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Aircraft instrument panel restoration

McDonnell Douglas F-4J (F-4S) Phantom II cockpit instrument panel layouts


The F-4J was the final version of the Phantom II produced for the US Navy and US Marine Corps. It constituted an improved version of the F-4B and flew operationally for the first time in 1966. Of this version, 522 aircraft were constructed between 1966 and 1972. Because of increased weight and more demanding sink rates, the F-4J was fitted with a sturdier landing gear, which required modifications to the inner wings, as had been the case for the F4C. F4B aircraft were later converted to F4N versions in a service life extension programme.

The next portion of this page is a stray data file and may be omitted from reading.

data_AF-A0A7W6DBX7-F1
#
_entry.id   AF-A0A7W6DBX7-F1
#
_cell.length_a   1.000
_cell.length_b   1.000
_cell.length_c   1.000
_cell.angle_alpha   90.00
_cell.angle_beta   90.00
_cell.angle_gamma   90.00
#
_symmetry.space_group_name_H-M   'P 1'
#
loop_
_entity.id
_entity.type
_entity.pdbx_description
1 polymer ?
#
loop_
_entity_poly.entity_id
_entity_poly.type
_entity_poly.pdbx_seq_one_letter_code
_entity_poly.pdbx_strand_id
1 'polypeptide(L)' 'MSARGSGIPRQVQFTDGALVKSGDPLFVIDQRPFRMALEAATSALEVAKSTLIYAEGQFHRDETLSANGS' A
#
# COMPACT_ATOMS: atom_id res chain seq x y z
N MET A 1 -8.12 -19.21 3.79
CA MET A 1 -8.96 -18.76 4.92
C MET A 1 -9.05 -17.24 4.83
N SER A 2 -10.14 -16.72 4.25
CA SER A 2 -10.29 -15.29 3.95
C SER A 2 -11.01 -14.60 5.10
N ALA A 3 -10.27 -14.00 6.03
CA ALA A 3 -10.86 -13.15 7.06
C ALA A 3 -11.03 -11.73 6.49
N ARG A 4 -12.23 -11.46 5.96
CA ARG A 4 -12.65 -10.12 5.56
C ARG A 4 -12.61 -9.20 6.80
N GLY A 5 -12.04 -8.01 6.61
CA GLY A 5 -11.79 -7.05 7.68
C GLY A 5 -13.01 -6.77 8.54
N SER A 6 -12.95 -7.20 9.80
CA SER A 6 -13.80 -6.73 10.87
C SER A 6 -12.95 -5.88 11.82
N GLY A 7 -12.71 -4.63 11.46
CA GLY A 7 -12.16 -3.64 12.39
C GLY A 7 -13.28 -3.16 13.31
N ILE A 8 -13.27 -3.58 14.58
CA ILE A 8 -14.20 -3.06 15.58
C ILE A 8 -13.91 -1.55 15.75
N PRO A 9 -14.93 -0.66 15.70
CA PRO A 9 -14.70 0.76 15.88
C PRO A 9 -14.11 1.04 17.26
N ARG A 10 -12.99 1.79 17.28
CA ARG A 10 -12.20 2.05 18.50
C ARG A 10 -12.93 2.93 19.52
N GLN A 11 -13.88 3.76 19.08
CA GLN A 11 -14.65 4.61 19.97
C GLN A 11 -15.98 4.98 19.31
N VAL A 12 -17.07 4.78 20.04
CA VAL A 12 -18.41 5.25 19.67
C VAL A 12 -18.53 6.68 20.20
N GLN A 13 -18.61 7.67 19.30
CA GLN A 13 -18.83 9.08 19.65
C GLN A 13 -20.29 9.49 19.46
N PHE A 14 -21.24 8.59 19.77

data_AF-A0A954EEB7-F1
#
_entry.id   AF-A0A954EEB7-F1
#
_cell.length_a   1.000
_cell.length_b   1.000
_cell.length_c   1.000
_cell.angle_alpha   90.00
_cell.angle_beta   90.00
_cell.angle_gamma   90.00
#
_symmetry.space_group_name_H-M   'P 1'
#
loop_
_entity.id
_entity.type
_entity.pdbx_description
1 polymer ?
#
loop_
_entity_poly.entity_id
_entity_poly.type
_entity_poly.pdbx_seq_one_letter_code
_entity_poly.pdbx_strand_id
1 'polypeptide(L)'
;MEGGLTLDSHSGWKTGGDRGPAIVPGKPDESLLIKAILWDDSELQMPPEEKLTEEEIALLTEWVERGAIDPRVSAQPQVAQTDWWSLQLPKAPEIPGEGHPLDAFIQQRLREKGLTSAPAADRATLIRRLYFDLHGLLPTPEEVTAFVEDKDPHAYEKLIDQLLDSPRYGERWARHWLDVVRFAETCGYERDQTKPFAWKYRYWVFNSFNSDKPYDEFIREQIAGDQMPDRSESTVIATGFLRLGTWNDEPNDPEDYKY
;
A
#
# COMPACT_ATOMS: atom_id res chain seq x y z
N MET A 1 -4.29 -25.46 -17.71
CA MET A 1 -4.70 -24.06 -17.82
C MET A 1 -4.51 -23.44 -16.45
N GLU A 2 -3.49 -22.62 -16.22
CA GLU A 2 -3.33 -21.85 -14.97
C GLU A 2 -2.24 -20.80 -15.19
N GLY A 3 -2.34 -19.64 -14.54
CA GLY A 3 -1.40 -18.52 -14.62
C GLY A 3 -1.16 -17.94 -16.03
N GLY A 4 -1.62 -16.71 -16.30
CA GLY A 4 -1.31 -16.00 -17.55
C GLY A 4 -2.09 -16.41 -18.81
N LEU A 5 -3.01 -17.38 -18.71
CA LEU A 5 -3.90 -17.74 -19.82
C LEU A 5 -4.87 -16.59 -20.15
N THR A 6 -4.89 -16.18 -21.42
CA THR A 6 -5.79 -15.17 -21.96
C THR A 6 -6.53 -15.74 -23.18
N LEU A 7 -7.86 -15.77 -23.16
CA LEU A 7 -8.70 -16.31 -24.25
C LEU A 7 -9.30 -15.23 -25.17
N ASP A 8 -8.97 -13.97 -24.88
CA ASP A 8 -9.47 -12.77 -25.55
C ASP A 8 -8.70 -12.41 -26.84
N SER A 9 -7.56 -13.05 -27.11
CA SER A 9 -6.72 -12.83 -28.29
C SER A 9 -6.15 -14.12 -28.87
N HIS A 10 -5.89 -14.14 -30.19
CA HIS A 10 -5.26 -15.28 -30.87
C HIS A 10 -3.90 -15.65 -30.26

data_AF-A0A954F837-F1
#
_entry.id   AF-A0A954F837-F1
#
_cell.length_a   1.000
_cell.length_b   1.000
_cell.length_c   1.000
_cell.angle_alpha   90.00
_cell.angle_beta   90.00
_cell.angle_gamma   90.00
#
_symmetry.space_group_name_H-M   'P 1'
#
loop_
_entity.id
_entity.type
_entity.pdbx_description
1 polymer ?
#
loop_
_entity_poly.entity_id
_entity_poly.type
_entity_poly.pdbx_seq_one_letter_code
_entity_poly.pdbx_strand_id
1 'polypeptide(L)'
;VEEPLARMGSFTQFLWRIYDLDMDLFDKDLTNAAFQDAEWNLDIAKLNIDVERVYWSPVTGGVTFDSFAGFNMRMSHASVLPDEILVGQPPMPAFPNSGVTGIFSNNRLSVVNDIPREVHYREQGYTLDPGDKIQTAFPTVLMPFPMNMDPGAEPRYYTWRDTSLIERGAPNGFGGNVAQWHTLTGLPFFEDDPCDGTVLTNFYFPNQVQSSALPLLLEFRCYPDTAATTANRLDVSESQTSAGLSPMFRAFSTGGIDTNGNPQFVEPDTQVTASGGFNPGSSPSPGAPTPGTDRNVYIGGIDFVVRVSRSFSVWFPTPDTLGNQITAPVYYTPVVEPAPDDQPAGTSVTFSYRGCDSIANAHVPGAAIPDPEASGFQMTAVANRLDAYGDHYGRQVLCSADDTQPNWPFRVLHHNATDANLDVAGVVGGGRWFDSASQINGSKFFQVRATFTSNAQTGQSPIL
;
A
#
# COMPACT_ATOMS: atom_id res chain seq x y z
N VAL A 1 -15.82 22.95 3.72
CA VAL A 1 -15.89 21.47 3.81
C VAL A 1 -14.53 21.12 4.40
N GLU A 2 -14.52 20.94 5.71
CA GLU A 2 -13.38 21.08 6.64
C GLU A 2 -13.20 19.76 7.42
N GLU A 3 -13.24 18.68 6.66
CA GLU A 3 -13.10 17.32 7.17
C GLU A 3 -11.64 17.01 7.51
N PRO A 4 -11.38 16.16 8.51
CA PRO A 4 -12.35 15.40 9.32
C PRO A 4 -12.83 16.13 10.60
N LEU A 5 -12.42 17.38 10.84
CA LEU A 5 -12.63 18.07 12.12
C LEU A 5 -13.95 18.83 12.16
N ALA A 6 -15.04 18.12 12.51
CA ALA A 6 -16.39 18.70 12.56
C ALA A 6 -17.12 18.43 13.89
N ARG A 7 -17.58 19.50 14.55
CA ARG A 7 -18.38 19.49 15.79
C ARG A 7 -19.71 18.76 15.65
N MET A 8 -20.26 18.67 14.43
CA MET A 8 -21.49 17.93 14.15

Similarly, 265 (of the 302 planned) F4J aircraft went through a modification process at the Naval Air Rework Facility (NARF) at NAS North Island, to provide more structural strength, a longer fatique life, updated mission equipment (AN/AWG10 to AN/AGW-10B radar) and a slatted wing. These modified F4J aircraft were designated F-4S and the first one flew in 1977. The modifications saved about 25% on aircraft maintenance. The slatted wing modifications consisted of an external strap that ran from one wing fold under the fuselage to the other wing fold, effectively zero-timing the wing. The outer wing panels were replaced with new ones. The first forty or so F4J airframes converted to F-4S were completed before the slat "kits" were available. These were sent to the Marines as F4J/S Phantoms (it was even painted on the aircraft). Later, the ones that were still around were brought back to NARF North Island and fitted with slats. Formation lights were also added to the vertical stabiliser, the fuselage and the wing tips. The aircraft were also rewired with newer wire. The above information was kindly provided by Mr. Jan jacobs, who has 1,400 hours of flight time in the back seat of the F4B/F4N/F4J Phantoms and was the Technical Manual Data Manager for the F-4 at the Naval Air Rework Facility at NAS North Island from 1981 through 1984.